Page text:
Okay, 4:30 in the morning isn’t my favorite time. Except when I’m on the ramp waiting for that magic moment. There really are only two times a day when the light is sublime: sunrise and sunset. Everything else is subpar, getting progressively worse as the morning sun rises higher in the sky. Noon is the absolute worst – everything is flat and bright. You want the long shadows, raking light and golden warmth that the beginning and end of the day bring.
Plan, plan and plan some more
It is essential to have a shot list and schedule with every detail ironed out in advance and agreed upon by all parties. You need to know exactly what time the sun will burst over the horizon. I work from a spreadsheet that has the time, description of shot, model name, wardrobe, prop and action. That way I can be on the ramp in position, ahead of time with our photographer, assistant and makeup artist waiting to pounce at the perfect time. If you need a tug or an aircraft moved, chocks in place, engine covers off or the door opened, do it in advance. When the magic light comes you have to be ready to shoot quickly, efficiently and with no wasted motion.
Care in casting
When planning for onsite talent, we set our criteria – age, gender, role that the model will be playing – and start searching local agencies for possibilities. We narrow it down to our favorites and check to make sure their photo is current. After all, who knows how old that photo is. Have they changed their hair? (Do they have hair?) Have they gained or lost a few pounds? It all makes a difference. We secure pricing, check availability and send our recommendation to our clients for their input. If at all possible, we have an in-person look-see, and double-check their current look. We triple-check their sizes and measurements so we get people who look good together and so one doesn’t tower over the other. When the model shows up and doesn’t look quite like his headshot, don’t panic. A shave, professional make-up, lighting – and an injection of photographic charisma – can turn it around.
Wardrobe that works
Five minutes before the shoot isn’t the time to be looking for pants that fit. (I actually had to borrow a pair of pants right off a general manager at a photo shoot years ago when our model didn’t show up. The generous, but pantless, GM had to sit in his office in his underwear until we finished the shoot.) Ship in back-up wardrobe choices the day before. Add an iron, steamer, pins, clamps, tape and rubber bands. And don’t forget about your attire. It can be chilly and windy out there. Rubber-soled shoes and a good windbreaker are a must.
Due diligence will save you every time When considering usage rights, determine where and how often the photo will be reproduced. Try to negotiate a full buyout with the modeling agency and photographer if possible. It’s always better to anticipate your usage requirements up front than try to negotiate from a position of weakness years later. Have your model permission forms ready to go and get them signed so you cover your bases. My rule is everyone in the shot signs one on the spot.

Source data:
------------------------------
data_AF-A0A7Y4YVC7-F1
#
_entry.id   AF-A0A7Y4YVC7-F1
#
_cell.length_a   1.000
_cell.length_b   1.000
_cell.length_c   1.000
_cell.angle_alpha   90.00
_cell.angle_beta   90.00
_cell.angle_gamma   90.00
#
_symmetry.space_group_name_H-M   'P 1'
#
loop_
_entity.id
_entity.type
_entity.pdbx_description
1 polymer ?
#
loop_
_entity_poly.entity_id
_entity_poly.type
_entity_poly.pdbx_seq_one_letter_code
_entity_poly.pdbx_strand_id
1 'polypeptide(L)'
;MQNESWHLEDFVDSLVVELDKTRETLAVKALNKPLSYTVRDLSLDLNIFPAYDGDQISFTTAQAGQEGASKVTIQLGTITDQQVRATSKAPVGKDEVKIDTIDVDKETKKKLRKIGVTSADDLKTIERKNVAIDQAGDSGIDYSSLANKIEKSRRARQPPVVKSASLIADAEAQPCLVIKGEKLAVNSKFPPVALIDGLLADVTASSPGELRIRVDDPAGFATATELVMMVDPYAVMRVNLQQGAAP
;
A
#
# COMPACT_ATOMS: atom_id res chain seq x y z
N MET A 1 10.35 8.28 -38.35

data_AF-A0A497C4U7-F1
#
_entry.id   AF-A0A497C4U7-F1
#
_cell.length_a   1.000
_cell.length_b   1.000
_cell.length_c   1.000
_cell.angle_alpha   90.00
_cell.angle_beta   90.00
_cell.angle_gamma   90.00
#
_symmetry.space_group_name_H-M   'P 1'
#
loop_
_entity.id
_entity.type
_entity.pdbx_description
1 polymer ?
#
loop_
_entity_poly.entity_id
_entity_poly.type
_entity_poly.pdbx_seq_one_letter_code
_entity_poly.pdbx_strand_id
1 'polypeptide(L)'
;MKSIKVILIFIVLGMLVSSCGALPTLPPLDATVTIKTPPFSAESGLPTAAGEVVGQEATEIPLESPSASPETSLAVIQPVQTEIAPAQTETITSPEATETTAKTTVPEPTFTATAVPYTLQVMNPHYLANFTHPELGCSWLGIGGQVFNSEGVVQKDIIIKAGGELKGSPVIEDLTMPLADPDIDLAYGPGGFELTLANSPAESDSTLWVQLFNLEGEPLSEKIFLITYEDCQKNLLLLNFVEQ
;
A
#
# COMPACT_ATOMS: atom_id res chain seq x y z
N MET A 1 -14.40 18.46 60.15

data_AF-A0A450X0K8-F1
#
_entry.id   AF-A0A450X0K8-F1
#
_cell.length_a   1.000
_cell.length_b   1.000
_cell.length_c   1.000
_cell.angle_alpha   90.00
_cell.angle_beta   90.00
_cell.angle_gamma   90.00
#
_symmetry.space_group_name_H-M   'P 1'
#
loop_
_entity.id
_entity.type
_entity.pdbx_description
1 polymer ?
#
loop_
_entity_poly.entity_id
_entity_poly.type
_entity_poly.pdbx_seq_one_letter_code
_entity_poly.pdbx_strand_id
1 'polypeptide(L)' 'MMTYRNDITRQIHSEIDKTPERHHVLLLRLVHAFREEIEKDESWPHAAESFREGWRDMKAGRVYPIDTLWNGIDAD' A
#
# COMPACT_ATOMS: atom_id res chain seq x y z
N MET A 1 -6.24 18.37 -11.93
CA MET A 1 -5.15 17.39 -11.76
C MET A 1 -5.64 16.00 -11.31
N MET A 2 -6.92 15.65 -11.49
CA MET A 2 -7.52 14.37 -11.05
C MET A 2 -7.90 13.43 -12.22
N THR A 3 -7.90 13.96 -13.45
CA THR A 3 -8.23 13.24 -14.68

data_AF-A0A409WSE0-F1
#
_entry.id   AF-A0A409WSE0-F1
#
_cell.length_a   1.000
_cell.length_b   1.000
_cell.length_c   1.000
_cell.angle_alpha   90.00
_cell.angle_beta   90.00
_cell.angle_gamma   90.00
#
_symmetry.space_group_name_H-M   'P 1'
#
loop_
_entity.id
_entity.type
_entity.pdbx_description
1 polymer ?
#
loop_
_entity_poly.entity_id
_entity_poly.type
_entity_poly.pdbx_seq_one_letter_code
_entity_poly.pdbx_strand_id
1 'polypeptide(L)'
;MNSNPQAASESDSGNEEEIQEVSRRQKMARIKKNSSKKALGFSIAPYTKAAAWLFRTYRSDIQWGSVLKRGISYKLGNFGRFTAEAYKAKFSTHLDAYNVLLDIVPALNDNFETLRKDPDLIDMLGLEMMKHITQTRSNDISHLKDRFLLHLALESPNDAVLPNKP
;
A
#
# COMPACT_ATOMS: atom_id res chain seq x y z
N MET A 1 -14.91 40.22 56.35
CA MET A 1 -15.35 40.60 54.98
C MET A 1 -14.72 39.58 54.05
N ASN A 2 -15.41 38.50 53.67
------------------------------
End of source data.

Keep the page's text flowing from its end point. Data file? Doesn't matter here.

Scout the location in advance
Scout the day before. There’s a great iPhone app that shows the position of the sun and the length of shadows – use it. Remember, during winter months the sun is lower and your shooting window is shorter. Brainstorm the shot list with your team to determine aircraft location in relation to the light. If possible, communicate with the tug operator by drawing a thumbnail diagram of how you want the planes positioned. Arrange for a room to call your home base and have your breakfast and lunch catered in. Take care of your team with healthy choices, so have the fuel to do a good job. Nothing wastes time and interrupts the flow more that going out to lunch. Designate an area for your make-up and hair person and realize he needs room to spread out.
Props add life and energy
Pull in a luxury car or SUV – the sexier the vehicles the better. Turn on the interior lights. If shooting inside the aircraft, include a flower arrangement or other interior props. Outfit your models with great luggage, a high-end purse, a set of golf clubs, sassy sunglass, luxurious leathers, a great-looking dog, anything to give the photo a back-story. Who are these people and where are they going? If you really want the shot to sing, wet down the ramp so everything has a glow.
If you are shooting people with the aircraft, get them moving. There is nothing worse than a couple of guys doing the standard grip and grin. Have them walk toward you, to the car, down the stairs. Have another model frame the shot, adding scale and drama. Have a cherry picker, lift or ladder on hand to give your shots more dramatic angles.
Keep your eyes open for spontaneous shots
Be aware of what is happening around you. If you see a great aircraft taxiing by, or another taking off in the background, be ready to grab the shot. The most important advice I can give is to have fun. It will be contagious with the crew, the models and the people assisting you. A happy crew makes for a great end result. Which makes for a happy client.